The precise format and contents of interim reports issued by publicly-held companies are defined by the Securities and Exchange Commission. These reports are reviewed by a company’s auditors, rather than undergoing a complete audit.
Segment Reporting – RECENT TRENDS IN MANAGEMENT REPORTING
It is the reporting of the operation segments of a company in the disclosure accompanying financial statements. AS 17 requires to report a segment if it has at least 10% of the revenue, 10% of the profit or loss, or 10% of the combined assets of the company.
Segment reporting is the reporting of the operating segments of a company in the disclosures accompanying its financial statements. Segment reporting is required for publicly-held entities, and is not required for privately held ones.
Segment reporting is intended to give information to investors and creditors regarding the financial results and position of the most important operating units of a company, which they can use as the basis for decisions related to the company.
Under Generally Accepted Accounting Principles (GAAP), an operating segment engages in business activities from which it may earn revenue and incur expenses, has discrete financial information available, and whose results are regularly reviewed by the entity’s chief operating decision maker for performance assessment and resource allocation decisions.
Segment Reporting Rules
Follow these rules to determine which segments need to be reported:
- Aggregate the results of two or more segments if they have similar products, services, processes, customers, distribution methods, and regulatory environments.
- Report a segment if it has at least 10% of the revenues, 10% of the profit or loss, or 10% of the combined assets of the entity.
- If the total revenue of the segments that have selected under the preceding criteria comprise less than 75% of the entity’s total revenue, then add more segments until it reaches that threshold.
- One can add more segments beyond the minimum just noted, but consider a reduction if the total exceeds ten segments.
Corporate Governance report – RECENT TRENDS IN MANAGEMENT REPORTING
The SEBI regulates governance practices of companies listed on Stock Exchanges. These regulations are notified under clause 49 of the Listing Agreements of Stock Exchanges. It prescribes the standards to be followed in the governance of the companies.
Corporate governance reports reflect how corporations monitor the actions, policies, practices and decisions of the corporation, as well as the effect of their actions on their agents and affected stakeholders.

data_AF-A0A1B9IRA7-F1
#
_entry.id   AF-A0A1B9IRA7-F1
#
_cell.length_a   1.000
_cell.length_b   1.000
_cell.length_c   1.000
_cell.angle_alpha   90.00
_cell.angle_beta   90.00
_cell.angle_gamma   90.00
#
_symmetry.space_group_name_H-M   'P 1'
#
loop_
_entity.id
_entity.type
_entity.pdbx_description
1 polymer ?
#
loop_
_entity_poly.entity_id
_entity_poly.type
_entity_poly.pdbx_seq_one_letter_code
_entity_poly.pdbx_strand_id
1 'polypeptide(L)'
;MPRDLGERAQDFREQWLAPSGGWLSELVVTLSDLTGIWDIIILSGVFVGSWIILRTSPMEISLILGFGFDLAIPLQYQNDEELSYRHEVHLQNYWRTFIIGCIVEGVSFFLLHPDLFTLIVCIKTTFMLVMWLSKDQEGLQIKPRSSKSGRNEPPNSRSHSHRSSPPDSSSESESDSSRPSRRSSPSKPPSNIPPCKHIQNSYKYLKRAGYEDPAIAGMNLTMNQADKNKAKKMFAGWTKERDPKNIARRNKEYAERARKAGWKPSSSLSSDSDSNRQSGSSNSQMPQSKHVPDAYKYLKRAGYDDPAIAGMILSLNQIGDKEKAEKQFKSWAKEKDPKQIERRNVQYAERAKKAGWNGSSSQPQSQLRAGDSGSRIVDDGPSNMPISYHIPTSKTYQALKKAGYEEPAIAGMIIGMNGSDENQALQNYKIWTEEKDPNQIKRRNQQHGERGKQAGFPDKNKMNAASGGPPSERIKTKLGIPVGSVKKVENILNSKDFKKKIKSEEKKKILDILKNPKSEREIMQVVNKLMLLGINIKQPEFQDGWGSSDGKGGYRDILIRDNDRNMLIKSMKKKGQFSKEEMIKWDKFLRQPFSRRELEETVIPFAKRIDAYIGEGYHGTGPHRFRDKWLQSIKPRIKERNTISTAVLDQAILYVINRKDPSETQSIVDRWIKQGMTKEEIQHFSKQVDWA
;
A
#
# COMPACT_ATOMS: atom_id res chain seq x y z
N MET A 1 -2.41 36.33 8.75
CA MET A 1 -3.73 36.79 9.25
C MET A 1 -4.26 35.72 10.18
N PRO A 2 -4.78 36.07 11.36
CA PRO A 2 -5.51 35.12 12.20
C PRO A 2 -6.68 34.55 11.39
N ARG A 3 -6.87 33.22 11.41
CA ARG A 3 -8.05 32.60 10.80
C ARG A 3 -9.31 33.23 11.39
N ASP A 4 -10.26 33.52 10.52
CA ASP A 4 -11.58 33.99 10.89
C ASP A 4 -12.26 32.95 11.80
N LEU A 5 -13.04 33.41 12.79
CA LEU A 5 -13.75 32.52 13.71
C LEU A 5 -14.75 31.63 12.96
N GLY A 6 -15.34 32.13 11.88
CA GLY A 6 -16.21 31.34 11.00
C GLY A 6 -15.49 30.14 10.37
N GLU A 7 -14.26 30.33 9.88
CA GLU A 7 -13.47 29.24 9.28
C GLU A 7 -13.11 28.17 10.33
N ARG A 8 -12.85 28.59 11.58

A corporate governance report is also called the annual corporate report. It includes a statement of corporate governance procedures and compliance, information on board composition, statements on the company’s performance, and information about compliance and conformance with best practices for good corporate governance.
Statements of Disclosure of Governance Procedures and Compliance
The corporate report should include a statement of disclosure of the company’s governance procedures and compliance. It should also disclose the principles and codes that guide the company’s procedures. Disclosure statements usually detail the distribution of powers between the board chair and the CEO.
Reporting of Information Relating to Group Companies [AS 21] – RECENT TRENDS IN MANAGEMENT REPORTING
AS 21 requires companies to prepare consolidated Financial Statements. It is the presentation of subsidiary companies. The objective of consolidation is to show the performance of the group as if it were a single entity. The inter group transactions are eliminated in the consolidated Financial Statements.
A parent company presenting its consolidated financial statements must present these statements along with its standalone financial statements.
The users of financial statements of a parent company are typically concerned with and are required to be educated about, the results of operations and financial position of not only the company itself but also of that group together.
This requirement is served by offering the users of financial statements –
- Standalone financial statements of a parent; and
- Consolidated financial statements that provide financial information about the business group as that of a lone enterprise without respect to the legal restrictions of the distinct legal entities
REQUIREMENTS OF A GOOD REPORT
A report is a vehicle carrying information to those who need it. A report is prepared by putting in labour by the executives The usefulness of the report will depend upon its quality and the way in which has been communicated. A report should be prepared in a way it serves the purpose and presented at a time when it is needed. Good reporting is thus essential for effective communication. A good report should have the following requisites:
GOOD FORM AND CONTENT: The following points be taken into account while preparing a report :
The report should be given a proper title, headings, sub-headings and paragraph divisions. The title will explain the purpose for which the report has been prepared the title also enables to point out the persons who need the report. A production report may be titled as ‘Production Report for the Month of April 1992’. The title explains the purpose and period of preparing the report.